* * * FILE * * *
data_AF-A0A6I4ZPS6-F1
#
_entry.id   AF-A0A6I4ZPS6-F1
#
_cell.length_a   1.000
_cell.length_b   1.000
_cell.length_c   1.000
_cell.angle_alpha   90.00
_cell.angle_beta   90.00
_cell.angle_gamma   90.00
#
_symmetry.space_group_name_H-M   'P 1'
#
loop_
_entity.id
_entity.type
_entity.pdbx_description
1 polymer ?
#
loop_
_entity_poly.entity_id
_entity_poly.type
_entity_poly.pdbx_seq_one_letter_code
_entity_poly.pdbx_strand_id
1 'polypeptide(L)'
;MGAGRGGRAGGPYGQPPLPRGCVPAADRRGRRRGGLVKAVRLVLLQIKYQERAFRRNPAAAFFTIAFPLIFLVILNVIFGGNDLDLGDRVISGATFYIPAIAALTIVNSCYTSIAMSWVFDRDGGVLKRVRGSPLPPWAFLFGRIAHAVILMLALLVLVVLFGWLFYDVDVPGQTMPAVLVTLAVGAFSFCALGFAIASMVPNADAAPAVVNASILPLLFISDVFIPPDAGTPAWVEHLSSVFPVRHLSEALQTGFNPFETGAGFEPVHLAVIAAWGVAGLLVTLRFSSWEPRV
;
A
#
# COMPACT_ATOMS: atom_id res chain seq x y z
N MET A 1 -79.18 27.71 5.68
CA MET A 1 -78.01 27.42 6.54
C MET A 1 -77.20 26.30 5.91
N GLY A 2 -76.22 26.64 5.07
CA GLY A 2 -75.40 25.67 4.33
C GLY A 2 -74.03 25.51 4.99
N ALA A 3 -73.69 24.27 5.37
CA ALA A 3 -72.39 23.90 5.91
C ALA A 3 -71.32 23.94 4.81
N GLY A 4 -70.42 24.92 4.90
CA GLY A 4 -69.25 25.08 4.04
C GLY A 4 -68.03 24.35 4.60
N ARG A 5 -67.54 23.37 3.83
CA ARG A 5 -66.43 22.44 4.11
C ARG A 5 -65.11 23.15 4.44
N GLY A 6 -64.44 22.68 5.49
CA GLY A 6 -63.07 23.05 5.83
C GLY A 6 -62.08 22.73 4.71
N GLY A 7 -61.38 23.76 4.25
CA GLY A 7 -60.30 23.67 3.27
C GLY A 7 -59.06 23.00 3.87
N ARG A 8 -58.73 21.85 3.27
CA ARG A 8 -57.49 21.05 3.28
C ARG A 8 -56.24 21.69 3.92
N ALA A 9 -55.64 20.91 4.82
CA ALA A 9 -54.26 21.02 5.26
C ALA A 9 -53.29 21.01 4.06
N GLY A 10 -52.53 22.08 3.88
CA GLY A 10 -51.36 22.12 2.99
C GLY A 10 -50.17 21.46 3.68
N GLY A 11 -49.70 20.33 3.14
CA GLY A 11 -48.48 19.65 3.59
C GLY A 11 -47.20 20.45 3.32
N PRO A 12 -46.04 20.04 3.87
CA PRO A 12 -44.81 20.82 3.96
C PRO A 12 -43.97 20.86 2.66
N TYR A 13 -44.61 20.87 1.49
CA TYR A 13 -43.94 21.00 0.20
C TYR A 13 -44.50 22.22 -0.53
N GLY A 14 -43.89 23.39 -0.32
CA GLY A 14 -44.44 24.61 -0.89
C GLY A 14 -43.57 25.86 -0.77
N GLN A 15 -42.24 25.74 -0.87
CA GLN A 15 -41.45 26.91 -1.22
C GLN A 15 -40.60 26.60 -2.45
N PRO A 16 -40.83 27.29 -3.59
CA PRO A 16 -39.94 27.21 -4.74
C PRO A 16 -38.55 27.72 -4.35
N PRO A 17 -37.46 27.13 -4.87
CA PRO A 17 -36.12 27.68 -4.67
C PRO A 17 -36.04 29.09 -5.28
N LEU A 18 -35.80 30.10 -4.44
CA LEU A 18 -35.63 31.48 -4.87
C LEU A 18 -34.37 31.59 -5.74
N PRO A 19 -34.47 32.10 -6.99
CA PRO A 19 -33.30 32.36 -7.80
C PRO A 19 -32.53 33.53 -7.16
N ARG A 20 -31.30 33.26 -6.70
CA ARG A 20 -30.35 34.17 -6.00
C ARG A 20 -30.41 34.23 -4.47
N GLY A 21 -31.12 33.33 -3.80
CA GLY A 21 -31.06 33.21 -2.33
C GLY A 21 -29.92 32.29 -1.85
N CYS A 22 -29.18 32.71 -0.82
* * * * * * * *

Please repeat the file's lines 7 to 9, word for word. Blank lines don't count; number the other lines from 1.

_cell.length_c   1.000
_cell.angle_alpha   90.00
_cell.angle_beta   90.00